Politics, in case you haven’t noticed the fact, has become rabidly partisan in recent years. It’s not that we haven’t had ideological divides in the past, because there are always multiple points of view about what’s best for the country, but these days the positions have hardened to the point where compromises are not even on the table for discussion. Our political system, which by its very nature encourages two (and only two) political parties, has historically yielded an incremental approach to change. Big issues like women’s suffrage, slavery, the rights of minorities, and oversight of economic injustices have been slow to be addressed, with change coming in fits and starts, even in the face of public sentiment. Indeed, for a nation that was founded on once radical premises, like representative democracy. checks and balances and a bill of rights, our political machinery seems to have been designed to move at a snail’s pace.
Here in California, the annual battle of the state budget has come to symbolize the inherent limitations of a government bound by its own processes to accomplish little of significance. In the face of a recession bordering on depression that has adversely impacted millions of residents, California’s safety nets have withered. The state’s ability to maintain even basic functions (like driver’s licenses and highway safety) has been overwhelmed by a system of taxation dependent on ever-increasing economic activity by the same classes of people who have been most severely impacted by the economy’s downturn. It’s a taxation tsunami: the poorer the people get, the less revenue the State has. “Trickle down” has been exposed for exactly what it is: the poor getting pissed on by the rich as each year’s budget negotiations are more about cutting services than effective governance.
So along comes Proposition 25, which asks the voters to allow the legislature to pass the State budget by a simple majority, rather than the 2/3’s vote that is currently required. Its opponents maintain that this initiative is a smokescreen, claiming in ballot arguments that: “The hidden agenda in Proposition 25 makes it easier for politicians to raise taxes, spend money we don’t have and incur more debt.” It goes on to talk about “politicians” and “lavish expense accounts”, pandering to the same fears that the right always uses when trying to position themselves as outsiders.
A bit closer to the real truth of the matter was the reaction of the predictably republican San Gabriel Valley Tribune in its editorial opposing Proposition 25: “The current inevitable delays are costly in so many ways. But we fear the tyranny of a slight majority in the Legislature.” Ah, that old tyranny of the slight majority. There is no mention of the “tyranny” of the slight minority that blocks progress at any price and refuses to even discuss compromise.
Ultimately this is being portrayed as a typical partisan issue, with Democrats and unions lined up on one side and Republicans and Chambers of Commerce on the other. The opposition is up to its usual tricks, hoping to stoke fears of massive deficits and liberals running amok through the street of Sacramento.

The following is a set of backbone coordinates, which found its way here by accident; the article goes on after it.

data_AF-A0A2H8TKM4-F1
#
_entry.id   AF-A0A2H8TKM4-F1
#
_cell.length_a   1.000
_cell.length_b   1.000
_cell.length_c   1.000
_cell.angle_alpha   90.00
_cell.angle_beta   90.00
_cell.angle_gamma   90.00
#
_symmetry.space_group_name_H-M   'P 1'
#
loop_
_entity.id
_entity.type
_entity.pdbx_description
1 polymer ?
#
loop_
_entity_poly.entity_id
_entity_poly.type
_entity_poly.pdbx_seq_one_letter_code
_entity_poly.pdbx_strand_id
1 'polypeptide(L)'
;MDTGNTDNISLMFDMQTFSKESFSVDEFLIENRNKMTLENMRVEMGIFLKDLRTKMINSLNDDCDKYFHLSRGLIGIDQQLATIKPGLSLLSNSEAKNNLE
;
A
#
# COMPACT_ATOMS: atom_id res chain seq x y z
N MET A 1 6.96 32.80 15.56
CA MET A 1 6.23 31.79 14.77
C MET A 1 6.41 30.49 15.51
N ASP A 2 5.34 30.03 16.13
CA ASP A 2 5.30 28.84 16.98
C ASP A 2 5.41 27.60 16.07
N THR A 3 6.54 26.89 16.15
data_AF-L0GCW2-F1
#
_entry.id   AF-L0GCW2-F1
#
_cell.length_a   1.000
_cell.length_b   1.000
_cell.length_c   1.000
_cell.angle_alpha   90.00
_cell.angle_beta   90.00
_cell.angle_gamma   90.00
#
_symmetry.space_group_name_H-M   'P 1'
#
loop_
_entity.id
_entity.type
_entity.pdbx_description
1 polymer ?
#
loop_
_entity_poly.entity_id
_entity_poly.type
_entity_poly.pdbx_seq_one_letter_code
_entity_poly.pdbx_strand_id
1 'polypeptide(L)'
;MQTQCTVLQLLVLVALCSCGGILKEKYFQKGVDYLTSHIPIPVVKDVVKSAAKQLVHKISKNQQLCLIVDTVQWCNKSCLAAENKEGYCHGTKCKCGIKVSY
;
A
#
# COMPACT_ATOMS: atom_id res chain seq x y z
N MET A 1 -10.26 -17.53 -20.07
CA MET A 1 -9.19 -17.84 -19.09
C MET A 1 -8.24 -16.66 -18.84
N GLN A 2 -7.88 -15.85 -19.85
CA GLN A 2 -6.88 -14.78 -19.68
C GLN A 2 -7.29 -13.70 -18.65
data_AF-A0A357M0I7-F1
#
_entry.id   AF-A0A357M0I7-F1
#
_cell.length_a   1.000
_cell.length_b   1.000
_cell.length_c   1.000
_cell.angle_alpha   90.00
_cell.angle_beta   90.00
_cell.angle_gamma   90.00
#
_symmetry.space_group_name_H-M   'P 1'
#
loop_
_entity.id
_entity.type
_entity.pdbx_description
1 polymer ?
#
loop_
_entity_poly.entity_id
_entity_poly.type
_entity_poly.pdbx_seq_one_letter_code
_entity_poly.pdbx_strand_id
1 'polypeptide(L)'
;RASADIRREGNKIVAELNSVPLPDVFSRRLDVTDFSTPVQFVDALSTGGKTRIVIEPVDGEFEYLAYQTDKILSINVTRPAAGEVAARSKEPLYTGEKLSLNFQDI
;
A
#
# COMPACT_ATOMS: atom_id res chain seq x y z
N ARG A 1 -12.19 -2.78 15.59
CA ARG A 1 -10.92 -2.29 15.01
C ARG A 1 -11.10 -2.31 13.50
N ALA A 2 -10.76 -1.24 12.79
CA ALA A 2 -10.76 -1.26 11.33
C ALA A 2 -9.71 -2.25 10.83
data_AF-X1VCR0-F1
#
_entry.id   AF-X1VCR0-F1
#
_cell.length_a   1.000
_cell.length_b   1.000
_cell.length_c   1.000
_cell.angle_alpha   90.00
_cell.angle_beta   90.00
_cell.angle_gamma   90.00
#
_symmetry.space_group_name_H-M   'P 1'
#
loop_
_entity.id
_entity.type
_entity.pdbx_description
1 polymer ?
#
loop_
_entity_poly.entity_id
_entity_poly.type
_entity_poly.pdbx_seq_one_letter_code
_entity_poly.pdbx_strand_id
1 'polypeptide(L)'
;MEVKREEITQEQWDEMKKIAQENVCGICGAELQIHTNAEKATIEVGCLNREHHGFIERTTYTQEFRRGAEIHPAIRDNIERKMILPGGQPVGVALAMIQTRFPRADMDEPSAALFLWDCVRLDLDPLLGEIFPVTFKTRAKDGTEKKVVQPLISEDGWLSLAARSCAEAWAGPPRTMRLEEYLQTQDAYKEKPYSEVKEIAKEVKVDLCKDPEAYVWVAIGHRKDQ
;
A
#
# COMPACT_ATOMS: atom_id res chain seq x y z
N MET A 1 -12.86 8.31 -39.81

Currently the Legislature is dominated by the Dems. There’s a middlin’ chance that the next Governator will also be a Dem, provided that the Pro Proposition 19 supporters turn out in sufficient numbers. According to the Wall Street Journal:
Surveys by the Democratic firm Public Policy Polling suggest California voters under 30 years old are more likely to vote this year than their counterparts in other states. People in that age group make up 11% of California voters likely to turn out in November—compared with 8% of the likely electorate or less in Illinois, Connecticut, New Hampshire and Michigan, all of which have competitive statewide elections. In the last midterms, in 2006, voters under 30 were 6.5% of the California electorate, according to data compiled for the non-partisan Field Poll.
So does this mean that the “Democratic agenda” will dominate California’s budgeting process in years to come? I don’t think so.
First, Proposition 25 doesn’t address the revenue side of the budget equation, despite opponents claim to the contrary. It will still take a 2/3 vote to pass tax increases. So the days of milk and honey are going to be tempered by the reality of its taxation system.
Secondly, anybody who thinks Democrats can achieve enough unity to actually enact a serious agenda hasn’t actually ever worked with them. There are lots of flavors of Democrats these days. It’s like herding cats, as followers of the progressive agenda who watch the US Congress can easily attest.
So what will the actual effects of Proposition 25 be? It’s likely that the GOP (or minority party) will still hold the key to passing budgets. But the more extreme members of that party are unlikely learn the art of compromise, so this puts the onus the few “moderates” remaining in the party to work with the “conservative” elements in the Democratic Party.
I’ll vote for Proposition 25 because it’s the right thing to do. I just don’t expect things are going to change much because of its passage.